A Treatise on Calico Printing, Of Ashing.

A Treatise on Calico Printing, VOL. I-II
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(13) Called bucking or boiling among profesled Bleachers, and by them the cloth is, or was, laid down and watered: But with Callico Printers they are generally laid almost loosely on the grass. Tho' as observed (notes 12 and 21 to General Reflections, and elsewhere) new modes will perhaps supersede the present; great address however will be required to introduce them in England into general practice, and certainty of effect.

* See Dr. Percival's Essays and 2nd Volume of Phil. Trans. of Manchester Society.

(14) It once happened that so trifling a circumstance as the ikinning of a dog spoilt several pieces, they having been laid, after souring, on the place where he was skinned.
Of Ashing. (13)

Of this operation it may be said, and in which consist the esientials of Bleaching, that it removes some substance which is the cause of cloth appearing brown; and as the whole de pends on knowing its nature, in order to apply what will combine with it, and separate it from the threads, with the least injury, Dr. Home* made various experiments, the result of which was, that, after evaporation, an oily dark coloured substance was left, of an inflammable nature; and, on further experiments, it appears to be compounded of a viscid oil, and the earthy particles of the flax.

It is thought by some,that bleaching with lime may be rendered advantageous; lime having more power in whitening than vitriol has, but (as just said) at the same time it is more dangerous if used alone; but with about one part mixed with four of ash, its caustic quality may not be so effective.

It is a remarkable circumstance that some articles manufactured in India, and brought over unbleached, cannot be made white here. Another circumstance is, that May Dew quickly whitens cloth, and of this it has been observed, that im mense numbers of insects are formed in the sub stance left after evaporation, and these undergo very rapid changes; but how far, or in what manner such circumstances affect the cloth, remains to be determined.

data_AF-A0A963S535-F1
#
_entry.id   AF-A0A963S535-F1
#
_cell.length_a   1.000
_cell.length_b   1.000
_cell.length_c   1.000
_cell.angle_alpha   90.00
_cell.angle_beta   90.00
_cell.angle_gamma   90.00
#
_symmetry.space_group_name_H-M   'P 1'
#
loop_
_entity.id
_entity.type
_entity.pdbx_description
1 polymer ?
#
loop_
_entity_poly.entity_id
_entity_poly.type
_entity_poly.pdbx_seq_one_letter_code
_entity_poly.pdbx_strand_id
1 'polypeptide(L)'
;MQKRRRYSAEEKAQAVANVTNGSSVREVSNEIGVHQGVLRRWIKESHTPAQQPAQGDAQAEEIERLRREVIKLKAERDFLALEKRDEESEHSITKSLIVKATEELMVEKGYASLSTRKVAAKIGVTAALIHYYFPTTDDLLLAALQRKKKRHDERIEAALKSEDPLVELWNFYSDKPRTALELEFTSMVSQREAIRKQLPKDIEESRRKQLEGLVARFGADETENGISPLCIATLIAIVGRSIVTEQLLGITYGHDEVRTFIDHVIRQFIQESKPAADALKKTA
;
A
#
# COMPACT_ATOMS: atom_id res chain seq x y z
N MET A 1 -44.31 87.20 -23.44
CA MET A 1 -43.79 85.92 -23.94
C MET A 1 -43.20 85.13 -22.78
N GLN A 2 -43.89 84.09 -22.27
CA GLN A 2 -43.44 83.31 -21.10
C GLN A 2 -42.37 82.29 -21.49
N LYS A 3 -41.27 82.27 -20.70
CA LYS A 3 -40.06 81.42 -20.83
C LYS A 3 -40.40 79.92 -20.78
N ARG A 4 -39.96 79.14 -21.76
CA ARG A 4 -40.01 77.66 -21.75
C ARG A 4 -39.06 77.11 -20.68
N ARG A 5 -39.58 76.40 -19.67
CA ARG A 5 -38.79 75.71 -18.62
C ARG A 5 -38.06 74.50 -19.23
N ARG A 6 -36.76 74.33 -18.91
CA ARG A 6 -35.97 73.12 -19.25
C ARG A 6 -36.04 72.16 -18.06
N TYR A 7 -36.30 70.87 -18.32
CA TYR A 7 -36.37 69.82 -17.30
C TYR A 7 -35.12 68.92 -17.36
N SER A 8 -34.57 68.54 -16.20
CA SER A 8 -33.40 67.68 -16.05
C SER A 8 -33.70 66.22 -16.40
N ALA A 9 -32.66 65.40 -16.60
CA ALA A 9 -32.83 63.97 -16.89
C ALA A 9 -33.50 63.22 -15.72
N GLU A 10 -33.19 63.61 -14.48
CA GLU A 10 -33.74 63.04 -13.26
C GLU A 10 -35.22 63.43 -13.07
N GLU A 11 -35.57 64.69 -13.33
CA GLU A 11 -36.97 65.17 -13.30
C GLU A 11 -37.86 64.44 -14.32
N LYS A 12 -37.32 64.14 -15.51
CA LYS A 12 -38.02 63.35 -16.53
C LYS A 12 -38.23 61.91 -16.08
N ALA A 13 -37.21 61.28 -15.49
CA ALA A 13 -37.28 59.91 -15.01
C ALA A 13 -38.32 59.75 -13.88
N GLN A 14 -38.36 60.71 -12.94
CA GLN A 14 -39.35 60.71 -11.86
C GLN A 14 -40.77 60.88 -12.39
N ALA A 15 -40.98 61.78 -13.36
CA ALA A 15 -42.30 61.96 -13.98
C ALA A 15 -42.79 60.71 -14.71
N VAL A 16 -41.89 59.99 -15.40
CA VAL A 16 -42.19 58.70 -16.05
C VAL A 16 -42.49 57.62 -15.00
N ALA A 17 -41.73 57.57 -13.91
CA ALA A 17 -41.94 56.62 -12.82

There is no need for this operation when goods are sufficiently clear and white, and ashing pieces that are so, can only be of service to take out grease or any thing similar to it; but when they are uniformly brown, or brown threads are here and there visible, they certainly mould undergo the process; therefore, in this case, give them a few ends in the ash liquor, and attend the operation with great care, that it be effectually performed; for if it be not, it cannot be done by souring, much less by winching or planking; and if they are suffered to go to the madder copper without having undergone this process sufficiently, or if any greasy or oily quality remain in them, (14) or if there be any part brown, the maddering cannot have its due effect; for, as that brownness is a particular substance in the cloth, that from its nature must prevent the striking of the colour, no one need be told that the maddering must be imperfect, if it be not removed.

Take care that the water be not suffered to boil, before the ash is put in, and in that state it should be continued some time, and the ash should not be put in till near the beginning of the boiling, let it then boil for about ten minutes or more, observing to stir the ashes frequently from the bottom.

The strength of the ley, and the gradation of heat must be well attended, that the texture of the cloth be not too violently acted on by the ash; and the more effectually to imbibe it, it should be opened by  degrees; for similar to common wash erwomen observing in putting linen, especially body linen, into boiling-water, that it fixes the dirt; or, (what is to be sure more remote) in culinary processes, in ordertoboil vegetables green, not putting them into the water till it boils, so here it may be said, the oily quality in the cloth would be in a manner closed up, within it, by the cloth being immersed in boiling water.

It is however necessary to be careful that the cloth is thoroughly dry before it is put in the liquor, otherwise the ley will not enter so readily into the body of it; for if it be wet the action of the salts will not be so powersul on the internal structure, nor answer the purpose of dislodging the filth by the aid of the water; but, on the contrary, will act more on the surface, and probably do the cloth some injury.

With coarse cloths there may not be such danger, through the water boiling before they are immersed in it, as with fine ones, from theopennels of the texture; but the precaution before given, is absolutely necessary to attend where the texture of the cloth is fine or slimsy.

After this operation, the goods must be perfectly cleansed from the ash, by soaking them in a cradle, and winching them in a running stream, clear and free from any mineral impregnation; then take them to the planks, or something similar, till deemed sufficiently cleansed; next lay them down to whiten, and after being taken up, rince them, and get them ready for the sour kettle.

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